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  1. #21
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    Quote Originally Posted by jamison55 View Post
    Cool comparison, but that only tells a small part of the story - the optical part. I have a Super Takumar 50 f1.8 that I bought for $30 that produces images that are as sharp/contrasty/creamy bokeh as my $1000 Canon 35 f1.4...but guess which one I take to weddings!

    (In case I made it hard to guess, let me give you a clue - the one with fast, ACCURATE, USM autofocus).

    Almost all of the Tamron and Sigma lenses I have owned have been excellent optically, but they fell short when it came to the AF Speed/Accuracy compared to OEM lenses.
    How do you find AF speed/accuracy varies with the same lens but on different bodies?

    I'm puzzled a little as to one lens being better at AF than another as the mechanism for guaging focus is inside the camera and the camera solely turns the focussing motor.

  2. #22
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    Quote Originally Posted by Rhys View Post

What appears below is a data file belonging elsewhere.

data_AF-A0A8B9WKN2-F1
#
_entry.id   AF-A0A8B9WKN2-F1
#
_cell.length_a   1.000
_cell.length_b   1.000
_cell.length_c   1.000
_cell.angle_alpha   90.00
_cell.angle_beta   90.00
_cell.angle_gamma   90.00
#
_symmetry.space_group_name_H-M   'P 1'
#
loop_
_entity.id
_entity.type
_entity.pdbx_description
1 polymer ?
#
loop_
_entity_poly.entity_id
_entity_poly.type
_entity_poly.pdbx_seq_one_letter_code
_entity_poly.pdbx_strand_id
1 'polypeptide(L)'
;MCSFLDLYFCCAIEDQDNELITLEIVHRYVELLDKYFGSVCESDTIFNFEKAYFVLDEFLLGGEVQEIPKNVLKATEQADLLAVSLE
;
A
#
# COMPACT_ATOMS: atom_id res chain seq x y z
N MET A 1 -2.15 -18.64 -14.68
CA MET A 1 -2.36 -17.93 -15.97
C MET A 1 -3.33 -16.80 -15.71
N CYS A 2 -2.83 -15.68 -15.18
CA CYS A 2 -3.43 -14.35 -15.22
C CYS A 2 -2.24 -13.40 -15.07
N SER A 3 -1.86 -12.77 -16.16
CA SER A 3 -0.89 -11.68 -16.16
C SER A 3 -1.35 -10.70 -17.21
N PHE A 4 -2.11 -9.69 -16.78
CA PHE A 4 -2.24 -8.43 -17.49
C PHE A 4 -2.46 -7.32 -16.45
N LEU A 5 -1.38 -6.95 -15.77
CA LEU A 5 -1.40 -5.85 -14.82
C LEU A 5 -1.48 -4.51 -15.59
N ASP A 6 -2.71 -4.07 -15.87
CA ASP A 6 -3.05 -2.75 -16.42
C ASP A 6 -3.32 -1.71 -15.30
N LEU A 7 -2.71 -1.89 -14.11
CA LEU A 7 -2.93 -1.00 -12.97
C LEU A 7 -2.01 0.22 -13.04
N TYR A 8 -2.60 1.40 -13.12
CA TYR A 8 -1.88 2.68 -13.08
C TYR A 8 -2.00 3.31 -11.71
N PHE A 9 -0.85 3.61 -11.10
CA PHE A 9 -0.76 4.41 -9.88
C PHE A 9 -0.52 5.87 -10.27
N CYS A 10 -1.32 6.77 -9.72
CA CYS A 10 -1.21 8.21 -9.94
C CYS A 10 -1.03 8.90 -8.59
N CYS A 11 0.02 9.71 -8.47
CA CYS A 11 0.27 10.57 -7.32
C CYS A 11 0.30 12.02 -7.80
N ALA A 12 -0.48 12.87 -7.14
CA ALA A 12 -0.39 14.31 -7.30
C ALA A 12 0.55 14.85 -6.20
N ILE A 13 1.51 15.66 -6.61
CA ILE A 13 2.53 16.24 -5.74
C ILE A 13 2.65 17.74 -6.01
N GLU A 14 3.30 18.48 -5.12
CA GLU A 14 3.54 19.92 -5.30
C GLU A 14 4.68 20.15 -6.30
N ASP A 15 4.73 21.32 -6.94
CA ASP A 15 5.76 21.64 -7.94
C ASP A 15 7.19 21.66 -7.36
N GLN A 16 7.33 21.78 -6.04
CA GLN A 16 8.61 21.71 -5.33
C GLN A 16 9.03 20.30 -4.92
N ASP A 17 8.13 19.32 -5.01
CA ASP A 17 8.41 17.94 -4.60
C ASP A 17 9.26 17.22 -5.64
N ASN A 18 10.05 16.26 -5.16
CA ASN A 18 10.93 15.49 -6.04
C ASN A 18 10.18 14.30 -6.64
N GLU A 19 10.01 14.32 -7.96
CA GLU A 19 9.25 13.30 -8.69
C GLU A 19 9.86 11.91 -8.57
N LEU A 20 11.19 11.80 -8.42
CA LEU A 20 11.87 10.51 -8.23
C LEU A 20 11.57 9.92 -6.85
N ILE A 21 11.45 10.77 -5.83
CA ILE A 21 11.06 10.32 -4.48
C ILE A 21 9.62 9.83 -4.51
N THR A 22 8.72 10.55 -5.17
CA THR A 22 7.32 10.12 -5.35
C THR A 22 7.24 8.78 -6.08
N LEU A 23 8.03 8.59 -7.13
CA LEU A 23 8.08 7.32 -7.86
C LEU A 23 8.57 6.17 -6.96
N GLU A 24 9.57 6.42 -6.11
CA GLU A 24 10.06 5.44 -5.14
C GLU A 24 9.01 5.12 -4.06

How do you find AF speed/accuracy varies with the same lens but on different bodies?

    I'm puzzled a little as to one lens being better at AF than another as the mechanism for guaging focus is inside the camera and the camera solely turns the focussing motor.

    Well, you may find that on the Nikon bodies, but Canon has the servo-motor in the lens. So each lens is at it own fault for focusing speed. I've got a TAMRON AF 70-300mm f/4-5.6 Di LD that clocks no where near the speed of the Canon 70-300mm f/4-5.6 IS USM. Each lens (Canon-mount) is master of its own fate ... although I believe that the EOS 1-series throws a bit more voltage and current that the moves for snappier response. (I'm having this tested at the camera shop, today - so bear with me on this.)


    This is post 1900 ... OMG ... almost a hero! LOL Gotta love the boards, eh?